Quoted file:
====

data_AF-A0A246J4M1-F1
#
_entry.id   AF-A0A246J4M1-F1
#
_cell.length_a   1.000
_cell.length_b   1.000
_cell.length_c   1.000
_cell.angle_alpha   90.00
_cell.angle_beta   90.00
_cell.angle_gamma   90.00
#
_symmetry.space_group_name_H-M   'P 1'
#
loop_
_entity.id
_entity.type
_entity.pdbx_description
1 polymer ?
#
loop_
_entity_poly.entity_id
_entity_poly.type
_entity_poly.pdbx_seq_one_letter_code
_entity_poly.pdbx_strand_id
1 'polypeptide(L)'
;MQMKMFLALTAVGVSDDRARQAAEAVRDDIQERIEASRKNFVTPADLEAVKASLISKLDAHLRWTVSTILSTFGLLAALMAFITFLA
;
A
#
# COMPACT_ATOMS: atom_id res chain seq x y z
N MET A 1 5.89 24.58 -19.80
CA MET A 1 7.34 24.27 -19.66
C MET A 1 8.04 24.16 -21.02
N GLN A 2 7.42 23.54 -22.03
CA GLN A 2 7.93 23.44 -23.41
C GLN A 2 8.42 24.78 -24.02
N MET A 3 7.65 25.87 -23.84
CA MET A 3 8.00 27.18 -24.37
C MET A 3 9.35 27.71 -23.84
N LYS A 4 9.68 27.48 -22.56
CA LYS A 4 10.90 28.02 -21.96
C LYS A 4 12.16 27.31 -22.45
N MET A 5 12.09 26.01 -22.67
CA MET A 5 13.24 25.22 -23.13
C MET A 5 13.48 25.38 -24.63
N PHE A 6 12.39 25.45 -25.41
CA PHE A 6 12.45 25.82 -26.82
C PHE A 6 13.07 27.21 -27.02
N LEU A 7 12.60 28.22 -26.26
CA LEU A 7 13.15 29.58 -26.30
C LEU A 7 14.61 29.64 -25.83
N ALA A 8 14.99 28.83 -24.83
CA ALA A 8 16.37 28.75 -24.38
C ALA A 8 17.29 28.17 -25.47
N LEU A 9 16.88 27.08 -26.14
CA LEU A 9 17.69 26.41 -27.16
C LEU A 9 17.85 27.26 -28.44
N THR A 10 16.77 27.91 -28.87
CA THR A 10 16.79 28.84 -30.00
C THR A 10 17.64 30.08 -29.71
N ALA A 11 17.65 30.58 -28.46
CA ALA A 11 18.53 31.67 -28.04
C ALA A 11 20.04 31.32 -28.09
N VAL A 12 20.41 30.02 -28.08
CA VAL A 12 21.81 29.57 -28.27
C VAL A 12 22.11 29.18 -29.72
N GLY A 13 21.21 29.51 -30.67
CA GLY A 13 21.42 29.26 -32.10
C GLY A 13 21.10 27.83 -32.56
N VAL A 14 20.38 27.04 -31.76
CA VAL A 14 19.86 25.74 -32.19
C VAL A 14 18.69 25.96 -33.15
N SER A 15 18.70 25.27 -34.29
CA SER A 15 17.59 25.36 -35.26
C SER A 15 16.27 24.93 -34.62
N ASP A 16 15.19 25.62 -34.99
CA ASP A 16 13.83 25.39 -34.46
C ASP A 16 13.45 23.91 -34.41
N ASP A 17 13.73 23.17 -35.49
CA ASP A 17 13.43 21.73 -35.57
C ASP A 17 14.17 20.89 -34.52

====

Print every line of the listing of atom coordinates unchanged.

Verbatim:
data_AF-A0A246J4M1-F1
#
_entry.id   AF-A0A246J4M1-F1
#
_cell.length_a   1.000
_cell.length_b   1.000
_cell.length_c   1.000
_cell.angle_alpha   90.00
_cell.angle_beta   90.00
_cell.angle_gamma   90.00
#
_symmetry.space_group_name_H-M   'P 1'
#
loop_
_entity.id
_entity.type
_entity.pdbx_description
1 polymer ?
#
loop_
_entity_poly.entity_id
_entity_poly.type
_entity_poly.pdbx_seq_one_letter_code
_entity_poly.pdbx_strand_id
1 'polypeptide(L)'
;MQMKMFLALTAVGVSDDRARQAAEAVRDDIQERIEASRKNFVTPADLEAVKASLISKLDAHLRWTVSTILSTFGLLAALMAFITFLA
;
A
#
# COMPACT_ATOMS: atom_id res chain seq x y z
N MET A 1 5.89 24.58 -19.80
CA MET A 1 7.34 24.27 -19.66
C MET A 1 8.04 24.16 -21.02
N GLN A 2 7.42 23.54 -22.03
CA GLN A 2 7.93 23.44 -23.41
C GLN A 2 8.42 24.78 -24.02
N MET A 3 7.65 25.87 -23.84
CA MET A 3 8.00 27.18 -24.37
C MET A 3 9.35 27.71 -23.84
N LYS A 4 9.68 27.48 -22.56
CA LYS A 4 10.90 28.02 -21.96
C LYS A 4 12.16 27.31 -22.45
N MET A 5 12.09 26.01 -22.67
CA MET A 5 13.24 25.22 -23.13
C MET A 5 13.48 25.38 -24.63
N PHE A 6 12.39 25.45 -25.41
CA PHE A 6 12.45 25.82 -26.82
C PHE A 6 13.07 27.21 -27.02
N LEU A 7 12.60 28.22 -26.26
CA LEU A 7 13.15 29.58 -26.30
C LEU A 7 14.61 29.64 -25.83
N ALA A 8 14.99 28.83 -24.83
CA ALA A 8 16.37 28.75 -24.38
C ALA A 8 17.29 28.17 -25.47
N LEU A 9 16.88 27.08 -26.14
CA LEU A 9 17.69 26.41 -27.16
C LEU A 9 17.85 27.26 -28.44
N THR A 10 16.77 27.91 -28.87
CA THR A 10 16.79 28.84 -30.00
C THR A 10 17.64 30.08 -29.71
N ALA A 11 17.65 30.58 -28.46
CA ALA A 11 18.53 31.67 -28.04
C ALA A 11 20.04 31.32 -28.09
N VAL A 12 20.41 30.02 -28.08
CA VAL A 12 21.81 29.57 -28.27
C VAL A 12 22.11 29.18 -29.72
N GLY A 13 21.21 29.51 -30.67
CA GLY A 13 21.42 29.26 -32.10
C GLY A 13 21.10 27.83 -32.56
N VAL A 14 20.38 27.04 -31.76
CA VAL A 14 19.86 25.74 -32.19
C VAL A 14 18.69 25.96 -33.15
N SER A 15 18.70 25.27 -34.29
CA SER A 15 17.59 25.36 -35.26
C SER A 15 16.27 24.93 -34.62
N ASP A 16 15.19 25.62 -34.99
CA ASP A 16 13.83 25.39 -34.46
C ASP A 16 13.45 23.91 -34.41
N ASP A 17 13.73 23.17 -35.49
CA ASP A 17 13.43 21.73 -35.57
C ASP A 17 14.17 20.89 -34.52